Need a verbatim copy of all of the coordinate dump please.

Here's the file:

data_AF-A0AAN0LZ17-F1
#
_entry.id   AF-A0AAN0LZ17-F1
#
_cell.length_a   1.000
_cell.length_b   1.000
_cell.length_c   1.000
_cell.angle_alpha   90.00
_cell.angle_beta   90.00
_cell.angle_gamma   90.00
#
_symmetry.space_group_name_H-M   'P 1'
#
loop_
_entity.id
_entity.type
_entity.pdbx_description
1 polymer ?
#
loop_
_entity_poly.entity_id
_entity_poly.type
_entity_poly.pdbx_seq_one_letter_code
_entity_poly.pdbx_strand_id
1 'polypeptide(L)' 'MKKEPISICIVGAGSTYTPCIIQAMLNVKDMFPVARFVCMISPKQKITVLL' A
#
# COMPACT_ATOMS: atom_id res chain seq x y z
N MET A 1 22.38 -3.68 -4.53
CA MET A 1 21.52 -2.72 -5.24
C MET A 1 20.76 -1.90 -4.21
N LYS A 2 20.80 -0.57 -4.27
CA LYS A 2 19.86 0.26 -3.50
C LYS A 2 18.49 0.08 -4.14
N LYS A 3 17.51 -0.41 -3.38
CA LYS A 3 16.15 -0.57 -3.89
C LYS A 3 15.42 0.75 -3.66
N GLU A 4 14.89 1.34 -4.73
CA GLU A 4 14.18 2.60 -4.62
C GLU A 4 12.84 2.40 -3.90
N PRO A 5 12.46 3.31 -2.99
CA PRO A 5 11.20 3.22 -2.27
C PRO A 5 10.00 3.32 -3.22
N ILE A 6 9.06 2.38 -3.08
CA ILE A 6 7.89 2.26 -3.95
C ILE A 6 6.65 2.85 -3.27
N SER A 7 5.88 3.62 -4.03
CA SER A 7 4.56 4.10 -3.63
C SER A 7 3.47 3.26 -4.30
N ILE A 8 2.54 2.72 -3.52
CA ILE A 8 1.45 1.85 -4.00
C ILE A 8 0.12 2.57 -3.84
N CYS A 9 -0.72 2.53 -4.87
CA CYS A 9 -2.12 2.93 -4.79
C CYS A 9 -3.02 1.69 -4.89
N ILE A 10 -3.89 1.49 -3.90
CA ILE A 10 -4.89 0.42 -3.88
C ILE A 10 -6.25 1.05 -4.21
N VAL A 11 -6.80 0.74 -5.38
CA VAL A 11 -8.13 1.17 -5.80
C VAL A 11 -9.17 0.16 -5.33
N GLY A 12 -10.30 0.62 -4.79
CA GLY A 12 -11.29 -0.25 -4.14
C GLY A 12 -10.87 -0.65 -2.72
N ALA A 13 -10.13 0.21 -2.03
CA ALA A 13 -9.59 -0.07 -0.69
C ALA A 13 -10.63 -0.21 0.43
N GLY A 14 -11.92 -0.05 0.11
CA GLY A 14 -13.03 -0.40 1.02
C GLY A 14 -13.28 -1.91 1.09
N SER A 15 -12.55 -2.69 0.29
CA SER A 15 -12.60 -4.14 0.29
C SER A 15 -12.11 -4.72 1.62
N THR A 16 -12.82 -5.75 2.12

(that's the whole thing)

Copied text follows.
data_AF-A0AAN0LZ17-F1
#
_entry.id   AF-A0AAN0LZ17-F1
#
_cell.length_a   1.000
_cell.length_b   1.000
_cell.length_c   1.000
_cell.angle_alpha   90.00
_cell.angle_beta   90.00
_cell.angle_gamma   90.00
#
_symmetry.space_group_name_H-M   'P 1'
#
loop_
_entity.id
_entity.type
_entity.pdbx_description
1 polymer ?
#
loop_
_entity_poly.entity_id
_entity_poly.type
_entity_poly.pdbx_seq_one_letter_code
_entity_poly.pdbx_strand_id
1 'polypeptide(L)' 'MKKEPISICIVGAGSTYTPCIIQAMLNVKDMFPVARFVCMISPKQKITVLL' A
#
# COMPACT_ATOMS: atom_id res chain seq x y z
N MET A 1 22.38 -3.68 -4.53
CA MET A 1 21.52 -2.72 -5.24
C MET A 1 20.76 -1.90 -4.21
N LYS A 2 20.80 -0.57 -4.27
CA LYS A 2 19.86 0.26 -3.50
C LYS A 2 18.49 0.08 -4.14
N LYS A 3 17.51 -0.41 -3.38
CA LYS A 3 16.15 -0.57 -3.89
C LYS A 3 15.42 0.75 -3.66
N GLU A 4 14.89 1.34 -4.73
CA GLU A 4 14.18 2.60 -4.62
C GLU A 4 12.84 2.40 -3.90
N PRO A 5 12.46 3.31 -2.99
CA PRO A 5 11.20 3.22 -2.27
C PRO A 5 10.00 3.32 -3.22
N ILE A 6 9.06 2.38 -3.08
CA ILE A 6 7.89 2.26 -3.95
C ILE A 6 6.65 2.85 -3.27
N SER A 7 5.88 3.62 -4.03
CA SER A 7 4.56 4.10 -3.63
C SER A 7 3.47 3.26 -4.30
N ILE A 8 2.54 2.72 -3.52
CA ILE A 8 1.45 1.85 -4.00
C ILE A 8 0.12 2.57 -3.84
N CYS A 9 -0.72 2.53 -4.87
CA CYS A 9 -2.12 2.93 -4.79
C CYS A 9 -3.02 1.69 -4.89
N ILE A 10 -3.89 1.49 -3.90
CA ILE A 10 -4.89 0.42 -3.88
C ILE A 10 -6.25 1.05 -4.21
N VAL A 11 -6.80 0.74 -5.38
CA VAL A 11 -8.13 1.17 -5.80
C VAL A 11 -9.17 0.16 -5.33
N GLY A 12 -10.30 0.62 -4.79
CA GLY A 12 -11.29 -0.25 -4.14
C GLY A 12 -10.87 -0.65 -2.72
N ALA A 13 -10.13 0.21 -2.03
CA ALA A 13 -9.59 -0.07 -0.69
C ALA A 13 -10.63 -0.21 0.43
N GLY A 14 -11.92 -0.05 0.11
CA GLY A 14 -13.03 -0.40 1.02
C GLY A 14 -13.28 -1.91 1.09
N SER A 15 -12.55 -2.69 0.29
CA SER A 15 -12.60 -4.14 0.29
C SER A 15 -12.11 -4.72 1.62
N THR A 16 -12.82 -5.75 2.12